Socialist Worker

News


Mangrove—a powerful, and long overdue, tale of a struggle for justice


The first film in Steve McQueen’s Small Axe series tells the true story of the Mangrove Nine

His House—a realistic but surreal vision of refuge


This horror film follows a couple, Rial and Bol Majur, who have escaped from the civil war in South Sudan to a small English town

Complex characters make for a harsh, thrilling Irish tale in The Searcher


Tana French, author of the Dublin Murder Squad series, is back with a brilliant standalone novel

Mr Wilder & Me is a novel to give you hope


Jonathan Coe’s latest novel might be described as “life-affirming” but it is so much better than that makes it sound.

Looted—an understated look at a life going nowhere


Looted is billed as a crime thriller, but it’s not really that at all

Borat—subsequent Moviefilm for make benefit of liberalism


The second Borat film caught the US right in compromising positions. But its own liberal racism shouldn’t get a free pass

La Revolution is a confusing “re-imagining” of the French Revolution


From the beginning La Revolution seems to touch on the upheaval that led to one of the most famous uprisings in history.

The Gambler—biography that’s a weak effort to show Boris Johnson’s ‘greatness’


Journalist Tom Bower’s last biography was a hatchet job on Jeremy Corbyn. His latest book fawns over Boris Johnson

Arts workers resist the grim future Tories have planned 


The Tories’ response to the impact of the pandemic on the arts has been predictably brutal—but artists are fighting back, writes Mark Brown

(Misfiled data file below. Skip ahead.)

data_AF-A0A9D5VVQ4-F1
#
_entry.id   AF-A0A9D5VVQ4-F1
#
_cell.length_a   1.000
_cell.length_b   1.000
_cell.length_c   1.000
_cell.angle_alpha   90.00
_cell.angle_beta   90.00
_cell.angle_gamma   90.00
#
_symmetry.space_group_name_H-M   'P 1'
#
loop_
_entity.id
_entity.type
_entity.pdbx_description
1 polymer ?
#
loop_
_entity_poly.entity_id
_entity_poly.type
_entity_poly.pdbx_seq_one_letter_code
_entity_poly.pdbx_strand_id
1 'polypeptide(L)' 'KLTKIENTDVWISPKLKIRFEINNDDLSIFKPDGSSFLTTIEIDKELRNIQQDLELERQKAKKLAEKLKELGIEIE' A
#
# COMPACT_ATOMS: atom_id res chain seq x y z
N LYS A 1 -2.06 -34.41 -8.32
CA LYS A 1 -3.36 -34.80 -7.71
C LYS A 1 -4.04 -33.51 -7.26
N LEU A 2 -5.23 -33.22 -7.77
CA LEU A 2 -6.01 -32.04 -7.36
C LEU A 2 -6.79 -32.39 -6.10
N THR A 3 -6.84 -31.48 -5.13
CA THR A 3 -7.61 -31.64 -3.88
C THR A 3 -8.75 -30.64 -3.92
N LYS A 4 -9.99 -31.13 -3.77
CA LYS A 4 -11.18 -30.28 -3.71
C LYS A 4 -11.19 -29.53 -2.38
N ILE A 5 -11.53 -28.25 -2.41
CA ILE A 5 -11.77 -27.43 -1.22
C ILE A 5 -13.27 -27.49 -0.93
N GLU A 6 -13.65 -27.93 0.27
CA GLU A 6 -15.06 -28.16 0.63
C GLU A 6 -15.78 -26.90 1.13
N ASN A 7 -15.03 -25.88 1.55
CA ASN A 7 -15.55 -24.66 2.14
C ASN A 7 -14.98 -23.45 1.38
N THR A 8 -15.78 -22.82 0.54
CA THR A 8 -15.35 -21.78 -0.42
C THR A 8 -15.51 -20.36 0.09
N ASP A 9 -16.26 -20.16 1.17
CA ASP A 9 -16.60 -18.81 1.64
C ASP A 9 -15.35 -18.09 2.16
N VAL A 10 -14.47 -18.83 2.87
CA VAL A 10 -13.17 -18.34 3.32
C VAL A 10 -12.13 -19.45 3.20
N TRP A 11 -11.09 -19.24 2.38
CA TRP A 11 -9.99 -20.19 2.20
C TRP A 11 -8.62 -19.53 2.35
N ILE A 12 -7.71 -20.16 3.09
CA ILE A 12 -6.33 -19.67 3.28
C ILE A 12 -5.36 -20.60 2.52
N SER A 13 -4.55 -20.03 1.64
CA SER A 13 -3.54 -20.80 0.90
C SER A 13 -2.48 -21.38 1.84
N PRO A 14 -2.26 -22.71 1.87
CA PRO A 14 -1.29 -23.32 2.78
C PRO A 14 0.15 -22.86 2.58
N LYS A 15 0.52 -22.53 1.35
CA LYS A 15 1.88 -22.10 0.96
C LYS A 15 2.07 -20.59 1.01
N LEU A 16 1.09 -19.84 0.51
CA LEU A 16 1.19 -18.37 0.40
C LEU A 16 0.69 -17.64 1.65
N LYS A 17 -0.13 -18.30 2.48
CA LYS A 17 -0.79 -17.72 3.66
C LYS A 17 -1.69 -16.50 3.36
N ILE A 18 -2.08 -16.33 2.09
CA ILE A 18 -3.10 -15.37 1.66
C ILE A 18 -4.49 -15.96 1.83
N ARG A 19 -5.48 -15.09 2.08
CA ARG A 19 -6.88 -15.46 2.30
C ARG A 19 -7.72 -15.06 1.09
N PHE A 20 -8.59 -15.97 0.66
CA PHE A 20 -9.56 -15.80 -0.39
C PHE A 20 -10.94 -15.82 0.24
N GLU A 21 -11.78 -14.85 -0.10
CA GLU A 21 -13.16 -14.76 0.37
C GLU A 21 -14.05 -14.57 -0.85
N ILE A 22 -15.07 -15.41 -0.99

Kiss the Ground—documentary delivers climate change hope


“The Truth is, I had given up.”

Rocks—a brilliant, realistic film about young lives in London film


Rocks is a teenager struggling to take care of herself and her younger brother Emmanuel after her mum leaves them suddenly. 

Oil firms taken to task in Devil Has a Name 


The star-studded drama can’t quite decide what kind of film it wants to be. But Simon Basketter says it’s enjoyable watching it try to work it out 

A Moving Image shows gentrified London and a city constantly in motion


This award winning film investigates gentrification in Brixton, south London, 

Public Enemy release a nostalgic album for new struggles


Fans have been waiting for Public Enemy to drop their new album What you Gonna Do When The Grid Goes Down? since they returned to the Def Jam label

The Rhino Conspiracy—a novel that’s more than a thriller


The Rhino Conspiracy by Peter Hain follows a veteran of the anti-apartheid struggle taking on corruption in the governing elite

Des—the grim reality of a killer shown in all its banal horror


David Tennant is brilliant as Nilsen, creating an unsettling, disturbing character

David King—the graphic designer who printed his mark on the left


Yuri Prasad rates a new compilation of David King’s work which shows how he influenced the revolutionary left—and the commercial world beyond it

Sue Perkins documentary shows the lives behind the border wall 


 

Elena Ferrante's latest examines suffocating world of teenagers


If you want a break from the big stresses of coronavirus and economic crisis, read Elena Ferrante’s new novel. There you can fall into a world of the very real, but smaller-scale, stresses of a teenage girl.

Raging class anger on Idles’ bitter new album Ultra Mono


The latest offering from this guitar-driven five piece has no shortage of fights to pick, with assaults on war, sexism, racism and poverty, writes Alan Kenny

Mobile users! Don't forget to add Socialist Worker to your home screen.